Happy 10th year, JCertif!


Welcome to Codetown!

Codetown is a social network. It's got blogs, forums, groups, personal pages and more! You might think of Codetown as a funky camper van with lots of compartments for your stuff and a great multimedia system, too! Best of all, Codetown has room for all of your friends.

When you create a profile for yourself you get a personal page automatically. That's where you can be creative and do your own thing. People who want to get to know you will click on your name or picture and…

Created by Michael Levin Dec 18, 2008 at 6:56pm. Last updated by Michael Levin May 4, 2018.

Looking for Jobs or Staff?

Check out the Codetown Jobs group.


Enjoy the site? Support Codetown with your donation.

InfoQ Reading List

Redis Improves Performance of Vector Semantic Search with Multi-Threaded Query Engine

Redis, the in-memory data structure store, has recently released its enhanced Redis Query Engine. This comes at a time when vector databases are gaining prominence due to their importance in retrieval-augmented generation (RAG) for GenAI applications. Redis announced significant improvements to its Query Engine, using multi-threading to enhance query throughput while maintaining low latency.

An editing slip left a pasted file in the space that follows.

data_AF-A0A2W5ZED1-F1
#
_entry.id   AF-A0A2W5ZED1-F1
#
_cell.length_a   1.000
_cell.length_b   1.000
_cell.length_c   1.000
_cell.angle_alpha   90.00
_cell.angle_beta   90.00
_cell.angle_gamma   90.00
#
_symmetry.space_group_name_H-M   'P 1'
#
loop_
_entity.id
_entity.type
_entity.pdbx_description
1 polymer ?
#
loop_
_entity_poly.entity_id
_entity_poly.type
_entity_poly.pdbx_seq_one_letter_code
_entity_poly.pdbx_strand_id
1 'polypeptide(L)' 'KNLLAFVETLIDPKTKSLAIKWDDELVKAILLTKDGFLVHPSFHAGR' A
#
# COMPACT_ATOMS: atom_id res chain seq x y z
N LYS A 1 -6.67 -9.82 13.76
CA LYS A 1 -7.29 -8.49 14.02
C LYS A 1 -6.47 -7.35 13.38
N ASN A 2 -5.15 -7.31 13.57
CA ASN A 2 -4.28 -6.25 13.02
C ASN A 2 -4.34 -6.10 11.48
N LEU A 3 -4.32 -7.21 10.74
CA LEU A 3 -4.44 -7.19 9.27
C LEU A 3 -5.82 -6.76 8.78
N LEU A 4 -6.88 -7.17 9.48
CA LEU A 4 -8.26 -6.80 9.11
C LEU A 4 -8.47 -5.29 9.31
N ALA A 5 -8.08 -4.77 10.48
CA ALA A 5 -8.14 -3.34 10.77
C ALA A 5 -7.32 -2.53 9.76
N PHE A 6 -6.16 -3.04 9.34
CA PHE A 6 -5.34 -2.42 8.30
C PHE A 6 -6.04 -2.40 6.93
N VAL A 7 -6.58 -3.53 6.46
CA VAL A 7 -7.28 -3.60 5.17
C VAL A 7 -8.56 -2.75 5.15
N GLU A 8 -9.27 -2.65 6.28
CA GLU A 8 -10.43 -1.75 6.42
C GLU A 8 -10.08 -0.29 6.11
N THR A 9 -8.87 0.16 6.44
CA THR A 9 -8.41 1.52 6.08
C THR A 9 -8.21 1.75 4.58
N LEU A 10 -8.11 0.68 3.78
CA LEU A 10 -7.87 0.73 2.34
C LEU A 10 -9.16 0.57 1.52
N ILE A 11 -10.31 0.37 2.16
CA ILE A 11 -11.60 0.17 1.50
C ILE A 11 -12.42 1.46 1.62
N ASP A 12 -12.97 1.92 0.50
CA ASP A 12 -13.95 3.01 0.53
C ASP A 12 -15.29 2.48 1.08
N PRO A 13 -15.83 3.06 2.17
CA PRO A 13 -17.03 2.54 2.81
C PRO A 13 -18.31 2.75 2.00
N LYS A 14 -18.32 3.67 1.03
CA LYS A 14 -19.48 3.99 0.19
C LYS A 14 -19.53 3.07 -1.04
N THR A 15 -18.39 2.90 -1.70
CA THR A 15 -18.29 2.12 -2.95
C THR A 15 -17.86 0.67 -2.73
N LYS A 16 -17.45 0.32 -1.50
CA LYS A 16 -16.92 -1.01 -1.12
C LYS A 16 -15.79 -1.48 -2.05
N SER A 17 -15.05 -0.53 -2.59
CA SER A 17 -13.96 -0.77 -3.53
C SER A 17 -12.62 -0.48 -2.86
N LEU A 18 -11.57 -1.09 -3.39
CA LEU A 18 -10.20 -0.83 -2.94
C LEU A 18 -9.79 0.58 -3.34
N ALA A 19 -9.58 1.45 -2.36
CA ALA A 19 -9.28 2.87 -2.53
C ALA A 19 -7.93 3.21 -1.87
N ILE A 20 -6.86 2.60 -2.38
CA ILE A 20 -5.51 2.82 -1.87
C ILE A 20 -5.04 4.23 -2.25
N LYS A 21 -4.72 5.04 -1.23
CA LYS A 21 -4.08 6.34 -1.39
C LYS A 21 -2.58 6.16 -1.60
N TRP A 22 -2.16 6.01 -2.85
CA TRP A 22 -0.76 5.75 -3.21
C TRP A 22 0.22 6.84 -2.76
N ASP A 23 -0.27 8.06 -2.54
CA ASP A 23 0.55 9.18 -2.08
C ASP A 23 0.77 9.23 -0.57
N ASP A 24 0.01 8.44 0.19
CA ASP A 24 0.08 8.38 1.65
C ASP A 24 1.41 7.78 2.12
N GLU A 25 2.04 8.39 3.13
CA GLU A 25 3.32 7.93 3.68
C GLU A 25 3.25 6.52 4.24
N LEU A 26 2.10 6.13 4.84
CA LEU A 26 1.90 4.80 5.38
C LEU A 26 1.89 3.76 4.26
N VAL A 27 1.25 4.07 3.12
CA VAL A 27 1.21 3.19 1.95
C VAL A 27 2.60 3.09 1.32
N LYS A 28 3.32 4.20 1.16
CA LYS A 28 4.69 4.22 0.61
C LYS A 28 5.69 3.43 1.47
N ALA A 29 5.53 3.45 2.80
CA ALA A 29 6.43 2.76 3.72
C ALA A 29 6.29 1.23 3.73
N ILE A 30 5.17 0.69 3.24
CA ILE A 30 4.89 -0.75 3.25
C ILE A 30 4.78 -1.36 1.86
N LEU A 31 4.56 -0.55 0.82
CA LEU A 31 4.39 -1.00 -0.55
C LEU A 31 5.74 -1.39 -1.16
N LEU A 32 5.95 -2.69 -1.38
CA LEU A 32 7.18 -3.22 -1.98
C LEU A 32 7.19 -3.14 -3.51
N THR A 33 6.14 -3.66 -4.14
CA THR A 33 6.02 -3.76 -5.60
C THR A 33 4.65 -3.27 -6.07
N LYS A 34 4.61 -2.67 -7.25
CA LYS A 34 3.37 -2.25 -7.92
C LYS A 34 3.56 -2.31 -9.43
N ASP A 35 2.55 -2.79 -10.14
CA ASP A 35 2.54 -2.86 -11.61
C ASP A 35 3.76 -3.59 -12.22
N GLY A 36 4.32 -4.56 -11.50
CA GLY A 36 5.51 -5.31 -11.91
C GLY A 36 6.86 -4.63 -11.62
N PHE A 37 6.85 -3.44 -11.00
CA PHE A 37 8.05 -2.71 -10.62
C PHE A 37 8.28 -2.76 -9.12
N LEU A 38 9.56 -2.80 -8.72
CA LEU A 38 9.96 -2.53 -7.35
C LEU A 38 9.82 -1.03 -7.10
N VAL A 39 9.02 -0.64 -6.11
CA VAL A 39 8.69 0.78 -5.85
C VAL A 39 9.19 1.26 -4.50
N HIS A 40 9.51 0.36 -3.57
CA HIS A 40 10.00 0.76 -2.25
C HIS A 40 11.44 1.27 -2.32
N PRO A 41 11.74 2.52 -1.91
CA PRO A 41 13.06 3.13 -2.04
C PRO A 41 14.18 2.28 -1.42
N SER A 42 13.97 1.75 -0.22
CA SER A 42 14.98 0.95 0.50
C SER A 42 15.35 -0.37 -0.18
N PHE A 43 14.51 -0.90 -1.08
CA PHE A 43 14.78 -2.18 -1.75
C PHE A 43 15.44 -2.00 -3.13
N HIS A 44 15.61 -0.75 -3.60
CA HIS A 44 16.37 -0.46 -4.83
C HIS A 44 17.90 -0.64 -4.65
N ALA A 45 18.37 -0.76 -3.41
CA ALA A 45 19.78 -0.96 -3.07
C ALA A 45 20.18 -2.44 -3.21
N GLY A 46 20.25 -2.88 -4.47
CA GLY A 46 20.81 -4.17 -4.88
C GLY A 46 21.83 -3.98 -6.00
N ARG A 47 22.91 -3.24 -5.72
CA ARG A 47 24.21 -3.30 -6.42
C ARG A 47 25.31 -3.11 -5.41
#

By Vinod Goje

Presentation: Harnessing Exotic Hardware: Charting the Future of JVM Performance

Monica Beckwith discusses the world of the JVM and its evolving relationship with exotic hardware. She presents a hypothetical scenario where GPU optimization plays a pivotal role.

By Monica Beckwith

Microsoft Releases .NET 9 Preview 6

Last week Microsoft released the sixth preview of .NET 9 framework, introducing several updates across the .NET Runtime, SDK, libraries, C#, and frameworks such as ASP.NET Core, Blazor, and .NET MAUI. As stated, the release aims to enhance performance, improve developer experience, and expand functionality.

By Almir Vuk

Podcast: Influencing Change, Joy at Work and Protecting Mental Health with Eb Ikonne

In this podcast Shane Hastie, Lead Editor for Culture & Methods spoke to Eb Ikonne about leading change without authority, joy at work and mental health in the workplace.

By Eb Ikonne

How Testing in the Metaverse Looks

The "metaverse" typically refers to a collective virtual shared space that is created by the convergence of a virtually enhanced physical reality and a persistent virtual reality. According to Jonathon Wright, testing requires a mix of manual testing, automated testing, user testing, emulators, and simulators. Real-world testing environments are used to cover as many scenarios as possible.

By Ben Linders

© 2024   Created by Michael Levin.   Powered by

Badges  |  Report an Issue  |  Terms of Service